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Sisters in Spirit Vigil honours missing and murdered Indigenous women in Calgary

Hundreds marched down Stephen Avenue Tuesday morning to the beat of traditional aboriginal singing and drumming, honouring the lives of Aboriginal women who have disappeared, and pushing for greater awareness of the issue.

Hundreds marched in downtown Calgary to participate in theme of 'Healing Through Truth and Reconciliation'

Hundreds marched in Calgary down Stephen Avenue to honour the lives and families of Canada's missing and murdered Indigenous women and girls. (Evelyne Asselin/CBC)

Hundreds marched down Stephen Avenue Tuesday morning to the beat of traditional aboriginal singing and drumming, honouring the lives of Aboriginal women who have disappeared, and pushing for greater awareness of the issue. 

They gathered at Calgary's Olympic Plaza, where more than 1,200 pairs of empty women's, girls', and baby shoes were laid out — one pair for each of the estimated missing or murdered Indigenous women and girls.

Kaiya and Aiyana Leonard La Couvee collected approximately 1,200 pairs of shoes for this art installation. The shoes will be donated to women's shelters across Alberta. (Evelyne Asselin/CBC)

The march and art installation are part of Calgary's 12th annual Sisters in Spirit Vigil, just one of roughly 200 similar events to take place across Canada and internationally.

"I'm proud, and I'm thankful that all these supporters have come here today," said Aiyana Leonard La Couvee, who spearheaded the art project along with her sister Kaiya.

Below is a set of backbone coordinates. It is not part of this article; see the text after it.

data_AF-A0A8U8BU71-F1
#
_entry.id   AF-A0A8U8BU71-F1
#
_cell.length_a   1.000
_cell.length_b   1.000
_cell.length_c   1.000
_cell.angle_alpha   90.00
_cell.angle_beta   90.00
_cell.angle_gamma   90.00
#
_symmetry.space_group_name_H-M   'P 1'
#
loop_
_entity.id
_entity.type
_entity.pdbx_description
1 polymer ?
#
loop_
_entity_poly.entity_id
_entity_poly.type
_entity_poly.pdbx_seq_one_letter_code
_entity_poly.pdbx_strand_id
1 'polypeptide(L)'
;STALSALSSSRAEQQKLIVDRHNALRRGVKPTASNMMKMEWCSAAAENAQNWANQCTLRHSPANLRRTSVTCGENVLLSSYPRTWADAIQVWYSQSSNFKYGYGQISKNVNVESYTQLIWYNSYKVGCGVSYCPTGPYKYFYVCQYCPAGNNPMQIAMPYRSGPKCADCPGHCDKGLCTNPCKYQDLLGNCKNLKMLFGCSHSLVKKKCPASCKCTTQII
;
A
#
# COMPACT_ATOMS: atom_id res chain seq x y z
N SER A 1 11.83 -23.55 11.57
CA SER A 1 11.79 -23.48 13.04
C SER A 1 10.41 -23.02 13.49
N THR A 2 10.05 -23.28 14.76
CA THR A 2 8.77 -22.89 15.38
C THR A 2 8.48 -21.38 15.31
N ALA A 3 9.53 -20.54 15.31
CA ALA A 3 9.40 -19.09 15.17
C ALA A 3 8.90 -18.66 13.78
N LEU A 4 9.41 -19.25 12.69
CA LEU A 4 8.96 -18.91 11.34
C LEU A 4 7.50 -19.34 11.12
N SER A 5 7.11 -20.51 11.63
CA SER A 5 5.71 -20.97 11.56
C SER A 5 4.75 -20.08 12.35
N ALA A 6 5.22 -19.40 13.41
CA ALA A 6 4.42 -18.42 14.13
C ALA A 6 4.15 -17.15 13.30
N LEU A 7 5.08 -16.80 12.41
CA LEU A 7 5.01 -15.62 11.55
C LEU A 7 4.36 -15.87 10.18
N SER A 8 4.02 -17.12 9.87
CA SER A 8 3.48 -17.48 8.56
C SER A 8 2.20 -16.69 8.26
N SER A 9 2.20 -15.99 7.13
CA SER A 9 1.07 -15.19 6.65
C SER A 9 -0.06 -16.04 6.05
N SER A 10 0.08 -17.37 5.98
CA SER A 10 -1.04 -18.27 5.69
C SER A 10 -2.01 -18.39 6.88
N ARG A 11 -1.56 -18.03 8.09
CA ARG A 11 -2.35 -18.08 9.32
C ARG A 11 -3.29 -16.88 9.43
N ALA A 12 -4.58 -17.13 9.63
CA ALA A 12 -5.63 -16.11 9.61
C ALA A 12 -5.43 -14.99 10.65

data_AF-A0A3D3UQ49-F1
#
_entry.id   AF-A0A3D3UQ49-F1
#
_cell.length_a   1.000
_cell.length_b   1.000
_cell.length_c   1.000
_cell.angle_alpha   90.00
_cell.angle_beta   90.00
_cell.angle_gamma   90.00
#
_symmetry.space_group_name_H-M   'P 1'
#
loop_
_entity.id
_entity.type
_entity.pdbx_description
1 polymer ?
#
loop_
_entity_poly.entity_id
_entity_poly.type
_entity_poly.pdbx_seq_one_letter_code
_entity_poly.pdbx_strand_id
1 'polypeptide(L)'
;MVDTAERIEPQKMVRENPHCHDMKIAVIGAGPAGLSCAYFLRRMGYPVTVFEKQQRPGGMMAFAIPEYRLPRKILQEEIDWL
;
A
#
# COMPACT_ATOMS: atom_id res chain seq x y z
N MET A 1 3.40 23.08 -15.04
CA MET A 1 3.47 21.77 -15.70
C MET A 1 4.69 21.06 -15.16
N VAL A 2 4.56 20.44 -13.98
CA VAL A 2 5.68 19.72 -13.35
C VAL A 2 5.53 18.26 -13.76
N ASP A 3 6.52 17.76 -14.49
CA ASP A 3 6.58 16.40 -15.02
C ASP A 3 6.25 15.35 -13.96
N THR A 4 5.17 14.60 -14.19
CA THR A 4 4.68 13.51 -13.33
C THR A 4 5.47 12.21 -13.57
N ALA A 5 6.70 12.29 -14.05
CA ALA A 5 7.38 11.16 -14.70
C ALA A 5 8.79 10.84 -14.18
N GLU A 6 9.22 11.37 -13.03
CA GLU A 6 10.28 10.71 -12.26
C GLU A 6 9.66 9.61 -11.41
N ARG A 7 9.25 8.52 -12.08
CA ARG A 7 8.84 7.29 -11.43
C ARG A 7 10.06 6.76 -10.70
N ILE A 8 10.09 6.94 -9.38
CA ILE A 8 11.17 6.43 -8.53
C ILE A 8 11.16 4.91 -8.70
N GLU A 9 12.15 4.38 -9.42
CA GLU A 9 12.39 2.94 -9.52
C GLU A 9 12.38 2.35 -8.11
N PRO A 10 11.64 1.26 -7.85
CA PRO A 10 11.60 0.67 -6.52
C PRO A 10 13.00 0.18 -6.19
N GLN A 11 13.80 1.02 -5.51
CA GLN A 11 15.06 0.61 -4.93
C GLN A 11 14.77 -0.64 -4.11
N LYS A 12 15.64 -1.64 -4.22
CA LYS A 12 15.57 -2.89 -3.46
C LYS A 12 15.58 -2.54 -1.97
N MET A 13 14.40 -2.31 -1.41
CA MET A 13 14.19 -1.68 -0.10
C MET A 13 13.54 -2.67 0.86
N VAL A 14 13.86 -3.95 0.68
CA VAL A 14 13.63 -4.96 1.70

"This has been I think the largest we've seen, since these past few years."

"The more shoes we have, the more we can give, which is a great thing," said Aiyana (right). (Evelyne Asselin/CBC)

Hope for the national inquiry

The theme of this year's vigil is "Healing Through Truth and Reconciliation."

Josie Nepinak, the event organizer and executive director at the Awo Taan Healing Lodge Society, said the federal government's commitment to a national inquiry "moves us forward."

"I believe it will change the focus for us folks here in Calgary," she said.

"Many families will receive some justice. We will have some answers, possibly some leads and some closure," she said.

"Our 13th annual I'm hoping will be more of a celebration. A celebration that a nation has come together through this inquiry to talk about the issue, and to begin that reconciliation process that we all need."

The rows of red shoes lay at the centre of the art installation, representing the heart of the "medicine wheel." Each pair was smudged with sage and other traditional healing medicines. (Evelyne Asselin/CBC)

With files from Evelyne Asselin